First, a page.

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Thread: directory paths using single slash

  1. #1
    Join Date
    Feb 2007
    New York, NY

    directory paths using single slash

    In straight HTML, if you want to go up one level from a sub-folder, you use 2 dots slash ../doc.html. Get confused when seeing 1 dot slash ./doc.html or no dot slash /doc.html (as shown below). Does ths have to do with .ASP or .PHP?

    Can you define/explain such usage?

    <link rel="icon" href="/images/display/buttons/favicon.ico" type="image/x-icon" /> 
    <link rel="shortcut icon" href="/images/display/buttons/favicon.ico" type="image/x-icon" /> 
    <link type="text/css" href="/styles.css" rel="StyleSheet" />
    <link type="text/css" href="/lightbox.css" rel="StyleSheet" />
    <!--[if lt IE 7]>
        <script type="text/javascript" src="/dssleight.js"></script> <![endif]-->
    <script type="text/javascript" src="/wom.js"></script>
    <script type="text/javascript" src="/print.js"></script>
    <script type="text/javascript" src="/4218.js"></script>
            <form name="searchForm" id="searchForm" action="/search.asp" method="get">
                <a href="javascript:document.searchForm.submit();"><img src="/images/display/buttons/search.gif" alt="Search" class="searchButton"></a>
                . . .
                . . .
    <img src="/images/display/skylines/skylineBlue.jpg" alt="Fashion Institue of Technology Skyline" class="siteBanner" id="siteBanner"></div>
        <a href="/index.asp"><img src="/images/display/general/logo.gif" alt="logo" class="siteLogo"></a>
    When doing "stand alone" test (in same folder), <link type="text/css" href="/styles.css" rel="StyleSheet" /> did not work, but href="styles.css" did.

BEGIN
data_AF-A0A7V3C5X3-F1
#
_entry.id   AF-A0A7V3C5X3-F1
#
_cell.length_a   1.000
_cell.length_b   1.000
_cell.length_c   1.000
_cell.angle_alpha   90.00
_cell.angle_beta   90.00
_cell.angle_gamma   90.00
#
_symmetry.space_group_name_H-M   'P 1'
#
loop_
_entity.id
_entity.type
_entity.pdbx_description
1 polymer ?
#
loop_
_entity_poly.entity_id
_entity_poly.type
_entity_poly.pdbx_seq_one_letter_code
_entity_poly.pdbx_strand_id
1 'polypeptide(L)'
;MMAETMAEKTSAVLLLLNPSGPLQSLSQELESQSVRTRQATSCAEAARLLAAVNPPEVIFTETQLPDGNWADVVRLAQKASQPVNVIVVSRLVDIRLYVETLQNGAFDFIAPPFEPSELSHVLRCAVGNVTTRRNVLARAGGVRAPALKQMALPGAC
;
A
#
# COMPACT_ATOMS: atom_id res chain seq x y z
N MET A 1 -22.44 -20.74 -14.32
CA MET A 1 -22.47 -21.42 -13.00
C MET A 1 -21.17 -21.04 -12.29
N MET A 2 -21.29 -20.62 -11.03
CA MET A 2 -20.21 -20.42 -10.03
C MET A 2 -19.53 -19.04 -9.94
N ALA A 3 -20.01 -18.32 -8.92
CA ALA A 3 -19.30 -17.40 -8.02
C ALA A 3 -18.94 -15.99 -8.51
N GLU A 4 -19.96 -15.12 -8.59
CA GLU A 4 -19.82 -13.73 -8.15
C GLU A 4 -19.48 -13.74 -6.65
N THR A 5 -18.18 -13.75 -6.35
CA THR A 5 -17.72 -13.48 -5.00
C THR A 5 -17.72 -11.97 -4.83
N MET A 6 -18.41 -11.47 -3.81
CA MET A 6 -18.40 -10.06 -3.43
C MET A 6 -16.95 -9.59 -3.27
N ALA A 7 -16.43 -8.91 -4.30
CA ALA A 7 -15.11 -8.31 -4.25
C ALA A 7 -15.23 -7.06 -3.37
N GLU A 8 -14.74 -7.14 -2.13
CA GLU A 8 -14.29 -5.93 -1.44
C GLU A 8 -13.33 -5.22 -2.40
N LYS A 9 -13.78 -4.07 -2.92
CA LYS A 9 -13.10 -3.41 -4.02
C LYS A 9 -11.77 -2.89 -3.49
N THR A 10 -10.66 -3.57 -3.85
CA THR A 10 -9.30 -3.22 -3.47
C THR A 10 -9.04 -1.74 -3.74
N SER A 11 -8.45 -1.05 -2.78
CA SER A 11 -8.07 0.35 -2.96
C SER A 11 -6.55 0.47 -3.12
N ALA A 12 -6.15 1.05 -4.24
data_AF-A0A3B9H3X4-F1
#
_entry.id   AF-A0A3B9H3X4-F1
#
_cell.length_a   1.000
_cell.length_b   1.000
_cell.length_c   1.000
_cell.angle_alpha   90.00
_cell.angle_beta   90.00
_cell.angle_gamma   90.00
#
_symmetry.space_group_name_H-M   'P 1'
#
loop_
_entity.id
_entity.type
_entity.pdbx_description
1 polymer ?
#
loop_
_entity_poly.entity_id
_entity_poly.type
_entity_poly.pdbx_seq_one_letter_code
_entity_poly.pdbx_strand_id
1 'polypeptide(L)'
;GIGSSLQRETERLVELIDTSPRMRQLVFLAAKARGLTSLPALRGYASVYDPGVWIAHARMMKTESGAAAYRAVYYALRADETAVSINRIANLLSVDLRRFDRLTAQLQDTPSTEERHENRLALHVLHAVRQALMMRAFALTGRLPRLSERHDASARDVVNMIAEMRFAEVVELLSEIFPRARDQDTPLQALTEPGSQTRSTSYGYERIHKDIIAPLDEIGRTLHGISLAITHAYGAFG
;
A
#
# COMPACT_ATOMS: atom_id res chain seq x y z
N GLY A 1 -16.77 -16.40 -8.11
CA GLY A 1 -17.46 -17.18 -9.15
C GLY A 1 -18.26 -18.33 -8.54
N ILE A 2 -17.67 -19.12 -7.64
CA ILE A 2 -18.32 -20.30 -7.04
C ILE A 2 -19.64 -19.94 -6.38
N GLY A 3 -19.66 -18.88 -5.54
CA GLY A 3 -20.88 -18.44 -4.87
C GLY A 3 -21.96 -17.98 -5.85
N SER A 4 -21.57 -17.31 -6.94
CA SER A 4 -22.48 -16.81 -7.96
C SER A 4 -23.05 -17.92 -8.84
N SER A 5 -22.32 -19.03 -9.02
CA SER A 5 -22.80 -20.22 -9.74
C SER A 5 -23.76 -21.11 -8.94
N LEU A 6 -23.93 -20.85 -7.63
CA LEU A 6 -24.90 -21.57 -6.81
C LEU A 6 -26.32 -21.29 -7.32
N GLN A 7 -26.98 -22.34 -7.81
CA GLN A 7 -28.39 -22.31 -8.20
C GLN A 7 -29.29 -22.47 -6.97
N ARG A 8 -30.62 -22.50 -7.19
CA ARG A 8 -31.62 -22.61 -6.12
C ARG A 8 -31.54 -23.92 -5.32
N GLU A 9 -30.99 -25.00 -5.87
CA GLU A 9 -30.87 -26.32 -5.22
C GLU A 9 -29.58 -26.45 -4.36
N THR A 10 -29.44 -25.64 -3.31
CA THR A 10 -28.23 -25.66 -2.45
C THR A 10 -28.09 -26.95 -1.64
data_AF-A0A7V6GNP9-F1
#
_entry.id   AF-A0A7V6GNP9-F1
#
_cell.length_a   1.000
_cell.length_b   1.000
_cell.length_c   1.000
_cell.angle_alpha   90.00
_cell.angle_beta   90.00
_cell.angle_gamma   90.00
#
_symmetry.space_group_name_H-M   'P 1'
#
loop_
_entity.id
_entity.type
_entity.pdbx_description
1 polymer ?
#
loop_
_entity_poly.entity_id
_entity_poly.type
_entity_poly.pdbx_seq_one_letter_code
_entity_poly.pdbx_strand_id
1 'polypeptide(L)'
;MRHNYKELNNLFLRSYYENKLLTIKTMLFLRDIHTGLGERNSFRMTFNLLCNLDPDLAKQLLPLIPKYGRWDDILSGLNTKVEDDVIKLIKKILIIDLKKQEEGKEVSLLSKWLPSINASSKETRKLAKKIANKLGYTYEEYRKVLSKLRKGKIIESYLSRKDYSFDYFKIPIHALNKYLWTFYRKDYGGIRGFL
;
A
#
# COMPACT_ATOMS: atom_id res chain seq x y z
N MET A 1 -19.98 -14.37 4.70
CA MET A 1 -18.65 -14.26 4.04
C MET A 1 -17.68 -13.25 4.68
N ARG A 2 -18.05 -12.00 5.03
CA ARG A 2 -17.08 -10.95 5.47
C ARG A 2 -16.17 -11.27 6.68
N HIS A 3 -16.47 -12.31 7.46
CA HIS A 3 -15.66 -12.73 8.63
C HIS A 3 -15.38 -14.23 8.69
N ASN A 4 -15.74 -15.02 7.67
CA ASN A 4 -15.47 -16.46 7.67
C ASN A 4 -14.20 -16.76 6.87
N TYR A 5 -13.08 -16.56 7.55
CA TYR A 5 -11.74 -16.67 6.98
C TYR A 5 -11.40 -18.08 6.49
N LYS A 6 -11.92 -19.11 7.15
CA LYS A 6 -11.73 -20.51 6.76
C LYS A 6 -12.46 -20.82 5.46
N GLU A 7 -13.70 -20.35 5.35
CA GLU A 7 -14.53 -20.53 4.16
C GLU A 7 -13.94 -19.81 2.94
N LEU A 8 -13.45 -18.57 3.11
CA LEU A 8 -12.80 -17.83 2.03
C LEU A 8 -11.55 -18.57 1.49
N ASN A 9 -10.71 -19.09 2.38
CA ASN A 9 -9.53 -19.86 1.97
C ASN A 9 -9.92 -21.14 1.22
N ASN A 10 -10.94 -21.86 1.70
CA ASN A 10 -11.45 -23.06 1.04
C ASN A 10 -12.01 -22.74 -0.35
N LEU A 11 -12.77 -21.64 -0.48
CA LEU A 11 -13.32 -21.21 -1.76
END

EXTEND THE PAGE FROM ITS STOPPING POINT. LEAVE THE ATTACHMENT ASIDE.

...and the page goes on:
2. #2
    Join Date
    Aug 2006
    Here's a general description of all the varieties, you can look at the Unix ones as they are relevant for the web. They also work on Windows servers, so really it's the only flavor you need to learn here.

    The single dot "./file" syntax has always been a bit odd, as it is identical to just "file", which is the more common usage. I've never found a reason to use the single dot syntax.


  3. #3
    Join Date
    Feb 2007
    New York, NY


    Thanks tracknut. All that at http://en.wikipedia.org/wiki/Path_%28computing%29 overwhelmed me

    I'm thinking this has to do with "command line" programming??? Going to try to absorb the following part

    Unix style
    The following worked example discusses the behavior of a Unix-style file system as it would appear from a terminal or terminal application (command-line window):

    Attached to a current working directory (cwd) of: /users/mark/

    One wants to change the current working directory to:

    At that moment, the relative path for the desired directory can be represented as: ./bobapples
    or for short: bobapples

    and the absolute path for the directory as:

    Given bobapples as the relative path for the directory wanted, the following may be typed at the command prompt to change the current working directory to bobapples: cd bobapples

    Two dots ("..") point upwards in the hierarchy, to indicate the parent directory; one dot (".") represents the current directory itself. Both can be components of a complex relative path (e.g., "../mark/./bobapples"), where "." alone or as the first component of such a relative path represents the working directory. (Using "./foo" to refer to a file "foo" in the current working directory can sometimes usefully distinguish it from a resource "foo" to be found in a default directory or by other means; for example, to view a specific version of a manual page instead of the one installed in the system.)

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